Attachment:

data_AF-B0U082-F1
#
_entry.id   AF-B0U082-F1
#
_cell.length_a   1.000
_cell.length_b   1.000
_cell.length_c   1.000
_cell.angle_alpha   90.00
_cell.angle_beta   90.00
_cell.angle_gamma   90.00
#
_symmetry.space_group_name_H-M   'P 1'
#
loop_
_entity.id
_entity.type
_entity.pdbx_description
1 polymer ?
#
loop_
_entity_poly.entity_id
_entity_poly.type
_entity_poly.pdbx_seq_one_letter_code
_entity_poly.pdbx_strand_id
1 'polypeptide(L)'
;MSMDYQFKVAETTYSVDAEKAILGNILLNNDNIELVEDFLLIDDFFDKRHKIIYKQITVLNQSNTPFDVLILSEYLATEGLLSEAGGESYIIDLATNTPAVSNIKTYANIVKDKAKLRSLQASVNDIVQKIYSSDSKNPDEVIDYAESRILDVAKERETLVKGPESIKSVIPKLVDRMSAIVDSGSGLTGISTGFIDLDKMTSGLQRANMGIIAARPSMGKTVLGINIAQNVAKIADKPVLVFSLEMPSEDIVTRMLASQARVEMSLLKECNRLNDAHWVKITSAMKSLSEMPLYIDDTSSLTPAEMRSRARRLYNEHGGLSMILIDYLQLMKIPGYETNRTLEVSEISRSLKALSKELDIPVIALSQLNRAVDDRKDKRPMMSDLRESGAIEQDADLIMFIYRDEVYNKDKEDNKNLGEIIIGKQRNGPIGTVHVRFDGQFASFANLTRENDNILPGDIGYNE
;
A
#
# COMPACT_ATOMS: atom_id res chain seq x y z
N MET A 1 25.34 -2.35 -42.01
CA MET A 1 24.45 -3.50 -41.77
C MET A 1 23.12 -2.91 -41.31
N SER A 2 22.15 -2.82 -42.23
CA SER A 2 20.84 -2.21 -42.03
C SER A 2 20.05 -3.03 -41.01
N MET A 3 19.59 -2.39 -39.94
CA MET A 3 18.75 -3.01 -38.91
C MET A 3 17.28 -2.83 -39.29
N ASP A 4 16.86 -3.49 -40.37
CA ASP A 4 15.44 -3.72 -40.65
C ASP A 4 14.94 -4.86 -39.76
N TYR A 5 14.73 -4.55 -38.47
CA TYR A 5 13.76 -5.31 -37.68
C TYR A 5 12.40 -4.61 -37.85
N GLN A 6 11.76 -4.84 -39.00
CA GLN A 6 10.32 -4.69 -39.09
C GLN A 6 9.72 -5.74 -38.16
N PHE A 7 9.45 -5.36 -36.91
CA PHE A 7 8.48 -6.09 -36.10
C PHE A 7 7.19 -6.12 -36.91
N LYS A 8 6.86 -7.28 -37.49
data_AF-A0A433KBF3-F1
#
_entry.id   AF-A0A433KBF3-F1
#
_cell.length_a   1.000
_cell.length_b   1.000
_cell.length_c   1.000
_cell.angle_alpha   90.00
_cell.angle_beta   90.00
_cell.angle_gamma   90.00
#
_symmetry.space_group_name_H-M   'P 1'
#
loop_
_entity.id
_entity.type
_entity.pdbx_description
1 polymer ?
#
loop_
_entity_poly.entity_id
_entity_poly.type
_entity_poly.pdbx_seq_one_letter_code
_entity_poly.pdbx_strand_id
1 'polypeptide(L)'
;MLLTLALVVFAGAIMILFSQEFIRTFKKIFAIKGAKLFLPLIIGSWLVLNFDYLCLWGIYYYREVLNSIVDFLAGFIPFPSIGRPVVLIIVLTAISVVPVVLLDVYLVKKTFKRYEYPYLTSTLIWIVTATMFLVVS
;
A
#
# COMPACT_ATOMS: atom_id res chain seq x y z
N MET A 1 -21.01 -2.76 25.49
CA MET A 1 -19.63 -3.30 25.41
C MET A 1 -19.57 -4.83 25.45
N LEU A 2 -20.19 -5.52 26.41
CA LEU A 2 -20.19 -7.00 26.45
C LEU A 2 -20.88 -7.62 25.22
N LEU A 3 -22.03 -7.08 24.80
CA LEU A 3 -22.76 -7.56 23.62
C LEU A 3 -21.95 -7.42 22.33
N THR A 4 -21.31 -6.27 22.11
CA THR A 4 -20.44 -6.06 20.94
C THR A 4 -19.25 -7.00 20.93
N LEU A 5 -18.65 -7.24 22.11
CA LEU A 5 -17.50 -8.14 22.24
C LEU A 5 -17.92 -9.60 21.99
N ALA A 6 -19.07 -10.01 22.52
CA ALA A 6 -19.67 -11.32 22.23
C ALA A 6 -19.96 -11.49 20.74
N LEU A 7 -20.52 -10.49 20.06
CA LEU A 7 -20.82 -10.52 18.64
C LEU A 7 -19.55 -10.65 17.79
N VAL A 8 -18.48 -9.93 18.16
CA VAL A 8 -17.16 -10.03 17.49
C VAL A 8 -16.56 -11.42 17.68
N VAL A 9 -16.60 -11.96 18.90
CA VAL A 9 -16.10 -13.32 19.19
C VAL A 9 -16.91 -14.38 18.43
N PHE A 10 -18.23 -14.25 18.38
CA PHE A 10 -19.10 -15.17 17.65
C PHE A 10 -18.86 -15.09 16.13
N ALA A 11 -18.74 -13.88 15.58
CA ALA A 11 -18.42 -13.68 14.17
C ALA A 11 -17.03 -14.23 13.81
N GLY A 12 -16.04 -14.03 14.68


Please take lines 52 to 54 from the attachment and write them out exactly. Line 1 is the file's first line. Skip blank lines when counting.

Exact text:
N LYS A 8 6.86 -7.28 -37.49
data_AF-A0A433KBF3-F1
#